How to Succeed in College: 2023 Edition – Part Five
Part Five: Remove Toxic Relationships from Your Life
Welcome back to the ultra-fabulous 2023 edition of How to Succeed in College. In previous parts, we’ve covered the success mindset, working smarter not harder, wellness, and being an active agent in your own education. Today, we’re talking about something that may not initially seem to be totally related to being successful in college: Your relationships to other people, and learning how to say “no.”
Being successful in college doesn’t mean you’ll get along with everybody.
In college, as in life, you’re bound to encounter people who are difficult to work with or just plain toxic. You have to learn how to set boundaries and protect yourself from these negative influences. College can be a frustrating mix of making a lot of choices on your own, and not having a lot of choices: You can make your own schedule somewhat, but you might not get to pick who you live with, who you have to work with, or who you have to answer to. How can you balance all these needs with the intrinsic human desire to have friendships and other relationships?
How to Succeed in College by Saying No
Starting college puts a lot of new people in your life. Sometimes you’ll make fast friends, only to discover that they’re a bit toxic once you get to know them better: Maybe you have a new friend who tries to get you to do stuff you don’t want to do, like party, skip class, or try improvisational comedy. Maybe you have a friend who trauma-dumps on you all the time when you need to study. It’s OK to step back a bit from friendships that aren’t working, and real friends will understand if your priorities don’t always align. You don’t have to do everything with friends 24/7. Some of the best friendships involve people with just one or two shared interests.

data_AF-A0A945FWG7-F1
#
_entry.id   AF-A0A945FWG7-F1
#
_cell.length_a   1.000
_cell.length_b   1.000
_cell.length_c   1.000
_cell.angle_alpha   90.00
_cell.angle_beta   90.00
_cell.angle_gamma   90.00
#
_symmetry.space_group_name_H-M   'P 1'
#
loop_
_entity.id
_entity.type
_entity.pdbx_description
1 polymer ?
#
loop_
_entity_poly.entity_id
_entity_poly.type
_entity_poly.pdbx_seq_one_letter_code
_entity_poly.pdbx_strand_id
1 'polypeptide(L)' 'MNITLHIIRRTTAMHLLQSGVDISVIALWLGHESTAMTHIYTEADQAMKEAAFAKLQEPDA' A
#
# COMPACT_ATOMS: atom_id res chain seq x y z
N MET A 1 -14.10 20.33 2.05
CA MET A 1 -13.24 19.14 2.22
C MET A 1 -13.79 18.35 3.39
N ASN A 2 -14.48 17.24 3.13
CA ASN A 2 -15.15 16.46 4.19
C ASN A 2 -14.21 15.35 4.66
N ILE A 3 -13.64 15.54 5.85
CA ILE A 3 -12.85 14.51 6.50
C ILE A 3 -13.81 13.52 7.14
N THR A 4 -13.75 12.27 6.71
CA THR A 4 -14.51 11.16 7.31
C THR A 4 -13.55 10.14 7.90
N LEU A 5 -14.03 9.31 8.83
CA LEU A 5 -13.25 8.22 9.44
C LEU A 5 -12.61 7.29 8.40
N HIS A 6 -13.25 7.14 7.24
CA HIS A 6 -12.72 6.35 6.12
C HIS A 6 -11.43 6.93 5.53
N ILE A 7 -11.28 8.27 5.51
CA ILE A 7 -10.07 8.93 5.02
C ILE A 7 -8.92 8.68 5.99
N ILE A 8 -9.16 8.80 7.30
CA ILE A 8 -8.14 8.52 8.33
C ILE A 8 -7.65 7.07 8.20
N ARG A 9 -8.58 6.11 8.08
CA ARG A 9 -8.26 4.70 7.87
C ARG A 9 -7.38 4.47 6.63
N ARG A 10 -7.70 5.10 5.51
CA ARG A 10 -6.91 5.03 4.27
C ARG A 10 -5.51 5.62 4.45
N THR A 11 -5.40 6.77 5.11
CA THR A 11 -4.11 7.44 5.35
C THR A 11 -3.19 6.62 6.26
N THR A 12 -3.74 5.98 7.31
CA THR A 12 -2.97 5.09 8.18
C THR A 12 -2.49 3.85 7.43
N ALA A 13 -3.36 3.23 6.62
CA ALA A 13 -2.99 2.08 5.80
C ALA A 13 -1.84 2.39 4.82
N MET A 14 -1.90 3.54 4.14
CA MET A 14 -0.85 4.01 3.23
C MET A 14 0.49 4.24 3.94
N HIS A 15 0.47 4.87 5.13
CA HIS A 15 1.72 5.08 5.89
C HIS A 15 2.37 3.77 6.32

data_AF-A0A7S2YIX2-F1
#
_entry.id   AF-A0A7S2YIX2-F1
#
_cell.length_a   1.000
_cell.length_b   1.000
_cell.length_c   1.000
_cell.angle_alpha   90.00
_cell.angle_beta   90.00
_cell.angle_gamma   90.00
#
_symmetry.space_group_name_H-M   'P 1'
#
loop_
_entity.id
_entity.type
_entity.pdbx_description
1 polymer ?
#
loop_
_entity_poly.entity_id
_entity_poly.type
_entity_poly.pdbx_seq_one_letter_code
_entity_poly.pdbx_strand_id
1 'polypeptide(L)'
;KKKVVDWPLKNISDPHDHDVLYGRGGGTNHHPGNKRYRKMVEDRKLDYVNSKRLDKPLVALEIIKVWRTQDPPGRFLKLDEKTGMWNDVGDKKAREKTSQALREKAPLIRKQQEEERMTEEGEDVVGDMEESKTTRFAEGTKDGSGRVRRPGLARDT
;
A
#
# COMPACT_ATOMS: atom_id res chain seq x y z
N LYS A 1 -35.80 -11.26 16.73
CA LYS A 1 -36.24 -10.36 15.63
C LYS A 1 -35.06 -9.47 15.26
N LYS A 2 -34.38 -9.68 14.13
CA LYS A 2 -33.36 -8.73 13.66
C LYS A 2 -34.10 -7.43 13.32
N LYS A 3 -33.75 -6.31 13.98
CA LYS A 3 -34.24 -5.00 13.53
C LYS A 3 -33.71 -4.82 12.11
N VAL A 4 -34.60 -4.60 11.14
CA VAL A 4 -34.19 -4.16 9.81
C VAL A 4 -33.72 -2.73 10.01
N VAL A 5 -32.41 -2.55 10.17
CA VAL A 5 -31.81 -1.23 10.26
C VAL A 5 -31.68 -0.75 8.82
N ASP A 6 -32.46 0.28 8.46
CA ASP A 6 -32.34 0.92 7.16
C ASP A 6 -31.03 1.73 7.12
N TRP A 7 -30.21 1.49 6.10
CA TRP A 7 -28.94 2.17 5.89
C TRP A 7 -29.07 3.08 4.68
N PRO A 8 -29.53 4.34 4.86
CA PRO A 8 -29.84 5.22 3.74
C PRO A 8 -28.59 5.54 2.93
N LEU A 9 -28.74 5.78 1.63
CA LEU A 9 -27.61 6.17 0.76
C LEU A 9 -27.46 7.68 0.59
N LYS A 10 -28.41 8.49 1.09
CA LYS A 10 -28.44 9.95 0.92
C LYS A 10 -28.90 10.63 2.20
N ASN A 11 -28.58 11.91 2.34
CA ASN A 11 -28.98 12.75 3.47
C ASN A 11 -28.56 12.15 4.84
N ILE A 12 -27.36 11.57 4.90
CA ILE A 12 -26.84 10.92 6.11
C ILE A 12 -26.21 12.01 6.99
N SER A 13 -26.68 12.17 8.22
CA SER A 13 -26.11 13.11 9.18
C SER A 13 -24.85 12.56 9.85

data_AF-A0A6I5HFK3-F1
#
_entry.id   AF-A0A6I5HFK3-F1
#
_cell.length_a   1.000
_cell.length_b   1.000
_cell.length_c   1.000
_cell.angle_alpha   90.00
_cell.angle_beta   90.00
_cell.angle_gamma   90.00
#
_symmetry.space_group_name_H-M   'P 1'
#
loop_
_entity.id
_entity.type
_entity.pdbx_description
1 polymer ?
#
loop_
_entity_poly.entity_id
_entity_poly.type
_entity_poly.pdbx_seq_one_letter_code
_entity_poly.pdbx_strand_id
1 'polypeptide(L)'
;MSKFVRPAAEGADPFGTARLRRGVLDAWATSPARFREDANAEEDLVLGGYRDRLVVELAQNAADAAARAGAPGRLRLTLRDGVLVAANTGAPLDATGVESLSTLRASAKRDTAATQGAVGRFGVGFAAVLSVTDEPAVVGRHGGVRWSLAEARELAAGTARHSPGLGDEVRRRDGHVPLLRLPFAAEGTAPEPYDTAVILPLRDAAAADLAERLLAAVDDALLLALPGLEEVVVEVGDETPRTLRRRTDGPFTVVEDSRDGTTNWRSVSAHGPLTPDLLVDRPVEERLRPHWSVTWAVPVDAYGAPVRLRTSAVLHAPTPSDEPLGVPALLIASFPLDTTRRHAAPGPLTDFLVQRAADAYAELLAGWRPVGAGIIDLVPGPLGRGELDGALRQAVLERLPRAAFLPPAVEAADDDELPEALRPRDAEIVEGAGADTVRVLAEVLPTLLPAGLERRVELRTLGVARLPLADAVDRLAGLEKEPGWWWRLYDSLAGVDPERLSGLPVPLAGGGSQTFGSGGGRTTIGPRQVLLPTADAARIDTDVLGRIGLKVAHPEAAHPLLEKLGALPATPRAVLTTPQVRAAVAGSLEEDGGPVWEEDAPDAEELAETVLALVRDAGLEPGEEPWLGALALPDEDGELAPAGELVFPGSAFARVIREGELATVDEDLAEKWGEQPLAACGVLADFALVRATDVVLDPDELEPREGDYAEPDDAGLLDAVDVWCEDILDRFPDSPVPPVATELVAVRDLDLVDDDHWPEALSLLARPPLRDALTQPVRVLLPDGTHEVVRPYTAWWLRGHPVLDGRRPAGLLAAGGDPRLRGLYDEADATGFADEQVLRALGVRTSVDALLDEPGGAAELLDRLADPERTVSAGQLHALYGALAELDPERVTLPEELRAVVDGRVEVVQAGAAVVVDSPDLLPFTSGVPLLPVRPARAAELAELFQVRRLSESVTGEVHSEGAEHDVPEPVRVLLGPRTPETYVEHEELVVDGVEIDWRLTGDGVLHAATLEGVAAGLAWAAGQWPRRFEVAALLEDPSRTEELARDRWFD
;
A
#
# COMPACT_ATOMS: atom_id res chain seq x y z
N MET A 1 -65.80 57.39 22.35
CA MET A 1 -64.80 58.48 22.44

Setting boundaries with the people you can’t get out of your life
Or maybe you have relationships back home that are pulling you in. Maybe your little sister won’t stop calling you to complain about the drama of high school students or her issues with your parents. You obviously can’t cut your sister out of your life completely, but you can, and must, set boundaries. Tell her to send you an email, or that you can only talk for a few minutes on a certain day – and give her 100% of your attention during that time.
Practical boundaries for crisis and toxicity
Turn off the read receipts and typing notifications on your phone, and wait to respond to messages. If you have a tough time telling people no, set up some stock responses and copy them into your texts when you have to say no, sit something out, or tell someone you’re not interested.
Also, very important: If someone you know truly seems like they are in a crisis, or even if you just think they might be in a crisis, the kindest, most ethical thing you can do is refer them to the appropriate resources. Crises are not the same as toxicity, of course, but know your limitations and don’t set yourself up for a lifetime of regret. Toxic people deserve help, too.
Romance and boundaries
You’re away from home the first time, you’re largely allowed to do what you want, and you have almost no baggage or history with anyone else. So it’s no wonder that so many people launch relationships right when college begins. But ask yourself carefully if your burgeoning romance is impacting your time management, and what your priorities are.
A really awesome relationship involves people who will lift you up and understand if you need a couple of days to write an essay, or study, or get caught up. A relationship that’s not worth your time involves jealousy and suffocation. Consider keeping things casual, or non-existent, if they’re impacting your studies. Anyone who doesn’t understand that your priority is academic success is not contributing positively to your life.
Not all of the other students have to be your friends
Your main goal is to get the most out of school that you can. Sometimes that means hard choices. Remember that college is a time to make new friends and build meaningful relationships, but it’s also a time to be selective about who you allow into your life. Surround yourself with people who support and uplift you, and don’t be afraid to distance yourself from toxic individuals. Your college experience will be all the more rewarding for it.
Can you believe our guide on how to be successful in college is half over? Or, for you optimists out there, there’s still five parts to come?! Next time, we’ll dive even deeper into time management and how effective time management can help you avoid falling behind.